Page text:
Saturday, October 8, 2011


Donkeys and Elephants will likely use THE IDES OF MARCH as a political football; finding ways to point the finger at the players involved, trying to pinpoint one side or the other as the villain in the film. The parties would be mistaken to do so, for MARCH does not bother, or care which side is on the right or wrong. It spends all of its time exposing the behind-the-curtain goings-on of a Presidential campaign, in which there are no real winners or losers; all players involved are victims of the game they play.

Steve (Ryan Gosling) is a campaign co-manager for Governor Morris (George Clooney), who is running for President and is in a heated, deadlocked campaign in the Ohio Primaries. Steve really believes in his candidate, and works closely with campaign manager Paul (Phillip Seymour Hoffman), and plays cat-and-mouse tactics with reporter Ida (Marisa Tomei). After being offered a job from the opposing side from Tom Duffy (Paul Giamatti), Steve has an affair with young intern Mollie (Evan Rachel-Wood). He then falls into a scandal; one which will threaten his career and the campaign he has dedicated his life to.

MARCH wisely spends its time not focusing so much on the players, but the game that they play. It is loaded with political maneuvering; switching allegiances and ditching loyalty all for the sake of saving ass. It is a Shakespearean-like drama; Steve’s job security after the secret meeting with the opposing side is in peril, but he uses his affair with the intern to uncover a secret to save himself and perhaps his candidate. Steve is faced with many ethical, moral and legal dilemmas, and director George Clooney does fantastic work in maneuvering his characters around like chess pieces.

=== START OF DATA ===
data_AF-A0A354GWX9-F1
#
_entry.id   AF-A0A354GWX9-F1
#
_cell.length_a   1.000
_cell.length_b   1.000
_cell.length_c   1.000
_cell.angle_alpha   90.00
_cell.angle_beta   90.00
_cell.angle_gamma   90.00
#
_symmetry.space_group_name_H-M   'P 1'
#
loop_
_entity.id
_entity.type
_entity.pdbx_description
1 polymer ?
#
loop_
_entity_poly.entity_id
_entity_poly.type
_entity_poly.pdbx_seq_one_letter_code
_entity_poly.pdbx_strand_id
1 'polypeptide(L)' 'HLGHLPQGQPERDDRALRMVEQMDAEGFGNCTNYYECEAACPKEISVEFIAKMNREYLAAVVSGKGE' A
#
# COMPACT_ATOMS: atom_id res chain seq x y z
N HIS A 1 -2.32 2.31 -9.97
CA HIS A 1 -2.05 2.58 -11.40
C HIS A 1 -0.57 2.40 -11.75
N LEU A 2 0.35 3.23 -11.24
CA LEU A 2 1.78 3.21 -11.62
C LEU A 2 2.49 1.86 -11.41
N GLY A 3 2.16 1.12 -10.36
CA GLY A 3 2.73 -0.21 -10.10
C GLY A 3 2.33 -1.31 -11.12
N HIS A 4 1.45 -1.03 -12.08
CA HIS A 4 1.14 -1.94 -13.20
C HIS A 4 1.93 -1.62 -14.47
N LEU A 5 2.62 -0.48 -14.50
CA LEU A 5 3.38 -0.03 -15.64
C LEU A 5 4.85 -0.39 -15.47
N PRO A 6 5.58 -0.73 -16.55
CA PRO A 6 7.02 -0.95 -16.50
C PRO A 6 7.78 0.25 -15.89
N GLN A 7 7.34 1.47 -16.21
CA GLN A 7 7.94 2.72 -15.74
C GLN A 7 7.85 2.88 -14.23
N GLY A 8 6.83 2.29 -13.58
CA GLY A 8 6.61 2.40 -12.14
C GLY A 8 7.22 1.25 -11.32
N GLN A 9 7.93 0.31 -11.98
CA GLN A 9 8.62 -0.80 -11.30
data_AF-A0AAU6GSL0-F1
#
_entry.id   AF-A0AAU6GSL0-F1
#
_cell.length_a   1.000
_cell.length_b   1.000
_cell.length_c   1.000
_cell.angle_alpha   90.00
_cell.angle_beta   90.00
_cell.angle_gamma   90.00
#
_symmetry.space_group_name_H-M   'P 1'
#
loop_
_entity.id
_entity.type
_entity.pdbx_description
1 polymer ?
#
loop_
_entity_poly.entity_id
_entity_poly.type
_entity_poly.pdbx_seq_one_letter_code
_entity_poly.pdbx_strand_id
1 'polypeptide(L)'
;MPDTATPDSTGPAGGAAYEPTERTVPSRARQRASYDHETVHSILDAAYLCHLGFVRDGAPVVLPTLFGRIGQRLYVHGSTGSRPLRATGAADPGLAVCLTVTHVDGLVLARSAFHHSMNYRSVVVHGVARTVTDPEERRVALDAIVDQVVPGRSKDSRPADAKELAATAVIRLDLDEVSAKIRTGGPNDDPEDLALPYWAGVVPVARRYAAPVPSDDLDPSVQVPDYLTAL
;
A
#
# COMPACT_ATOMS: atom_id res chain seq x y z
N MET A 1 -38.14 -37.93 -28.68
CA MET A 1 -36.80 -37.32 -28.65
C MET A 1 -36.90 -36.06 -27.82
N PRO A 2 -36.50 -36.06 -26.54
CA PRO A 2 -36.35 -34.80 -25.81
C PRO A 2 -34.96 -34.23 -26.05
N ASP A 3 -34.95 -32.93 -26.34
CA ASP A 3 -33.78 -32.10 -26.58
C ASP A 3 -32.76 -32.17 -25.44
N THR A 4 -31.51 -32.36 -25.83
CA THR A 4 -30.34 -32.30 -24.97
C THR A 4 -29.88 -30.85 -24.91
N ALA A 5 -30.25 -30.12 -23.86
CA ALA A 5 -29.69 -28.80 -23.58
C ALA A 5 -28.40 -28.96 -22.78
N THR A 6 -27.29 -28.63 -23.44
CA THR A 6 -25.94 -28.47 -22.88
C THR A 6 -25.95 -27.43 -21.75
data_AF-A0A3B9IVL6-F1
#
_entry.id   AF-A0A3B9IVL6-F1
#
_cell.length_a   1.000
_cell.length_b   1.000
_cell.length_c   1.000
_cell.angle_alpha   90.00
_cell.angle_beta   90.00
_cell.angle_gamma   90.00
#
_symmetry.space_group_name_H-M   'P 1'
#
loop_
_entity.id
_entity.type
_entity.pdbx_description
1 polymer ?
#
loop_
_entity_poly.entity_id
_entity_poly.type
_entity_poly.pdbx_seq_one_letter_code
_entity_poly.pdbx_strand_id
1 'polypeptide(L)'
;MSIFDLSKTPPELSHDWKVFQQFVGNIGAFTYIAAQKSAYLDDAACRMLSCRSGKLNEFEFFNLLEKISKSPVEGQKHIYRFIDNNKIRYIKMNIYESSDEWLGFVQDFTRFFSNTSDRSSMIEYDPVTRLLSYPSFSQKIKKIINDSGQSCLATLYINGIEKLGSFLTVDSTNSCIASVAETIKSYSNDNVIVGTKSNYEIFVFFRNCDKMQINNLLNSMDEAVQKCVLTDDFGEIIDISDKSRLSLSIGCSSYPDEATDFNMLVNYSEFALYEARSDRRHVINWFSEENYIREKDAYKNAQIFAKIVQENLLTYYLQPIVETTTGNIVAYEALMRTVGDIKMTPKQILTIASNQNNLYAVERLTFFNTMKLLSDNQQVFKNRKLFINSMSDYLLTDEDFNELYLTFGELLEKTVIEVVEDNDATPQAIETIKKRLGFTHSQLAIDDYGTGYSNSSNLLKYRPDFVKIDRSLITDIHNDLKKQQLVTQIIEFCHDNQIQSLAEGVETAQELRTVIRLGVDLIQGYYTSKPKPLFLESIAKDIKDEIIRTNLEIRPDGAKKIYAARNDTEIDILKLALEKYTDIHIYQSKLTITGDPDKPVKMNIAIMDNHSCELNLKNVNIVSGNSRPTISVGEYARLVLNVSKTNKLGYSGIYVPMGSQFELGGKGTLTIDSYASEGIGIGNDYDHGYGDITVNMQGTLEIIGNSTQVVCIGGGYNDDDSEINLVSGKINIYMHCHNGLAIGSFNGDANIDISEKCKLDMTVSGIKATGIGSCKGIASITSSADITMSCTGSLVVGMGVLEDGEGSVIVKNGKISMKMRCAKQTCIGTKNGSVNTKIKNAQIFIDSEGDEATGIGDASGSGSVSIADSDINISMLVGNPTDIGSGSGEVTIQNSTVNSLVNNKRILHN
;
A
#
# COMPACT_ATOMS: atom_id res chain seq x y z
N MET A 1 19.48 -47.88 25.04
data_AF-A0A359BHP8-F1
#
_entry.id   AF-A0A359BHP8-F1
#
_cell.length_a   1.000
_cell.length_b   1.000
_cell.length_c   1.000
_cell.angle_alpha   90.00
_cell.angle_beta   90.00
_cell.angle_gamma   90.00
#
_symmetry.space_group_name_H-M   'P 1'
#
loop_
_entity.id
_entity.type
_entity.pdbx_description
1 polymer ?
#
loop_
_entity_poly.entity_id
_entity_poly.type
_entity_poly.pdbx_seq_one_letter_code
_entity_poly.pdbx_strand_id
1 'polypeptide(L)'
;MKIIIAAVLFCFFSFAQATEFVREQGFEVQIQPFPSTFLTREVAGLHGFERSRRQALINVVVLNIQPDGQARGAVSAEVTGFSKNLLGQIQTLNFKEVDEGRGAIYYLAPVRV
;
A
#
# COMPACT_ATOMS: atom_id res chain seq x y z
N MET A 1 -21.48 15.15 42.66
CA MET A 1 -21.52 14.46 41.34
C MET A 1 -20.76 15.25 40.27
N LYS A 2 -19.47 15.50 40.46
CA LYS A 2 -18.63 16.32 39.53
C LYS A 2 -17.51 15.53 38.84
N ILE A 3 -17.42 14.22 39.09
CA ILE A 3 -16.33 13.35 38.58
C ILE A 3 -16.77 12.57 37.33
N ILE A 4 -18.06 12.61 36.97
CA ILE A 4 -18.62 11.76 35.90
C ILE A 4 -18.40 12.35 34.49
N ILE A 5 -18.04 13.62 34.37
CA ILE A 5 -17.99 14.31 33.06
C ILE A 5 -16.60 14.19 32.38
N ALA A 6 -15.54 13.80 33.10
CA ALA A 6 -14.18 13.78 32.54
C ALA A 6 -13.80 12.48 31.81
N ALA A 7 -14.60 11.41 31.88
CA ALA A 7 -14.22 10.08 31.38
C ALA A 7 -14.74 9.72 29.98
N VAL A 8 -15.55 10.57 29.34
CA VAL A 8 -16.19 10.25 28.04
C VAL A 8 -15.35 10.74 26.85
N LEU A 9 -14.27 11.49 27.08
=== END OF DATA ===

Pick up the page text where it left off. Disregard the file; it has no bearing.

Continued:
Clooney spends most of his time behind the camera; limiting his screen time to short, but very effective bites. Gosling proves his worth here; finding ways to display emotion and feeling without even speaking. Hoffman and Giamatti are spectacular as always.

The finale is a bit of a shocker, with certain players selling their soul to the devil not only for the sake of saving themselves, but for the job that they believe in. MARCH will likely find its way into film-appreciation classes over the coming years; not for the sake of political debate, but for the moral and ethical decisions that we all struggle with. That makes it timeless.


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